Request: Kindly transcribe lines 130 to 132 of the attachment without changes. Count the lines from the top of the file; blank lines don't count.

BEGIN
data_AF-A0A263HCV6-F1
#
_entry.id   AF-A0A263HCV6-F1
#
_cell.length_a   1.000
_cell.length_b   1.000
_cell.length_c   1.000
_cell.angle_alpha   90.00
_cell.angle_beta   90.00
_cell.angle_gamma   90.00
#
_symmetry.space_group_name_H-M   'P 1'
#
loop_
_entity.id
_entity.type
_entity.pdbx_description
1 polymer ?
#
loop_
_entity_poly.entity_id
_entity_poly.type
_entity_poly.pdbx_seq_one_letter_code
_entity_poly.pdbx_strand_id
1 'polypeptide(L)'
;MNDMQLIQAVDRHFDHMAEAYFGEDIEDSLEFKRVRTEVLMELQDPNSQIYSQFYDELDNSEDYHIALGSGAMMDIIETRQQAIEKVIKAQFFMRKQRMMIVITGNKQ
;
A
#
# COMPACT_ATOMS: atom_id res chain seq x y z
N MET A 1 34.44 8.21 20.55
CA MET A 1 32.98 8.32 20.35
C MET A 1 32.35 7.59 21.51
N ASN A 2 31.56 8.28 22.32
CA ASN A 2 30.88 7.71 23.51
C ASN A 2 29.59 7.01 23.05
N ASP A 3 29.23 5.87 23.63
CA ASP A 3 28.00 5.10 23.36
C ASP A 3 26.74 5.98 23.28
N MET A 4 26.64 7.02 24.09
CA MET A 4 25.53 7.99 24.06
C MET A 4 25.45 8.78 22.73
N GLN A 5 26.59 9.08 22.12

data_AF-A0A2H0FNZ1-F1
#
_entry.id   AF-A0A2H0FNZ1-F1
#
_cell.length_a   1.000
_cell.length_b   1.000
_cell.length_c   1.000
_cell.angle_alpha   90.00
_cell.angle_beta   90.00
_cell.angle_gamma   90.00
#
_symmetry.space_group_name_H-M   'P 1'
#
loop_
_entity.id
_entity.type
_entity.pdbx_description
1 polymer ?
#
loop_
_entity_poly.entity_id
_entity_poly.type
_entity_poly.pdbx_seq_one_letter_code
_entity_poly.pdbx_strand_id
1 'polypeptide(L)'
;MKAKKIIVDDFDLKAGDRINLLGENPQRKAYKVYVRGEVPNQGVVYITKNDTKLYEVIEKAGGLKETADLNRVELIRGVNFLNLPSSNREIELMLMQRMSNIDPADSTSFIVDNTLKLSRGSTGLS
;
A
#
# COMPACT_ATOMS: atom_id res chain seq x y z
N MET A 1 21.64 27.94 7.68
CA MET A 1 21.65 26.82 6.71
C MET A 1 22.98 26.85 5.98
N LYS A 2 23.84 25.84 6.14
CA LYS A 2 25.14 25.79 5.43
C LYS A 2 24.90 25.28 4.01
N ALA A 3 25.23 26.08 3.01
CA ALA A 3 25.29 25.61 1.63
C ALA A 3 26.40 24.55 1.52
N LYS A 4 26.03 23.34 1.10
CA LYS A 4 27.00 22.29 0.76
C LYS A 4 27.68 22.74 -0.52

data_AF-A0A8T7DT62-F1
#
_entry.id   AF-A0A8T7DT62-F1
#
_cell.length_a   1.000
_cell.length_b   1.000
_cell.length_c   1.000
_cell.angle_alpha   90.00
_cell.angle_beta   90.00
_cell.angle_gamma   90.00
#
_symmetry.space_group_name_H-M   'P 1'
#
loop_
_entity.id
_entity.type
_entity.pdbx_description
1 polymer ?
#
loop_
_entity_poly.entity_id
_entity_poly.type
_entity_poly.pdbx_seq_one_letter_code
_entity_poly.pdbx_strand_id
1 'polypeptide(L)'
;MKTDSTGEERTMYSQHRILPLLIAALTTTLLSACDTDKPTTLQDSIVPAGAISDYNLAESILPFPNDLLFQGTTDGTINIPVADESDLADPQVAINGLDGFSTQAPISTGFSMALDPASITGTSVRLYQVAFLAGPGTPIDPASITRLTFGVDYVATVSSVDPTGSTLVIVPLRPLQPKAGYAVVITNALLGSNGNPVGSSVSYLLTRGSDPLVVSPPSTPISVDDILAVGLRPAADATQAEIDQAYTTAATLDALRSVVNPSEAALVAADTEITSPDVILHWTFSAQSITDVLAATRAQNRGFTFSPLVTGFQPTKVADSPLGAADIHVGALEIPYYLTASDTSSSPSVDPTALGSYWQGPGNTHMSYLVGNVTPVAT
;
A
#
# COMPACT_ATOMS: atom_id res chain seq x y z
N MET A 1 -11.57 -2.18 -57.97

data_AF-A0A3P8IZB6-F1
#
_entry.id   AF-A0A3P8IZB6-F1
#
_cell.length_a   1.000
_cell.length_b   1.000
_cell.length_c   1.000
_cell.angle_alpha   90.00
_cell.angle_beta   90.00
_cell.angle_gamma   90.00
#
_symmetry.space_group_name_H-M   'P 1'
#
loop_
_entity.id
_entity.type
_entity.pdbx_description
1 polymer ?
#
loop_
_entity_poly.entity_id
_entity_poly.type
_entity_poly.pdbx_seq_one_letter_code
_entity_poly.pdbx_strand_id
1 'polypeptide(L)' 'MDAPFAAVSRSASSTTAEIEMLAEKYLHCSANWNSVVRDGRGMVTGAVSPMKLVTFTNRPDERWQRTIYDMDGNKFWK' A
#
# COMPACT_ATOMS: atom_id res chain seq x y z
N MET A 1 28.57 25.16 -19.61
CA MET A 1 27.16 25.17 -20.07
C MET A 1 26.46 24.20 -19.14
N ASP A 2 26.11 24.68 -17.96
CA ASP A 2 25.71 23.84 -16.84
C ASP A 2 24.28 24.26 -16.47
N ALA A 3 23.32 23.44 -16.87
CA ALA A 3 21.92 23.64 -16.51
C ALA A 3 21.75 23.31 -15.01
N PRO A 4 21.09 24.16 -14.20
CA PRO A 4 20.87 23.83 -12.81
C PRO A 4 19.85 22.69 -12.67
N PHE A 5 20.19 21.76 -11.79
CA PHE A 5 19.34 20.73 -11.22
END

loop_
_entity.id
_entity.type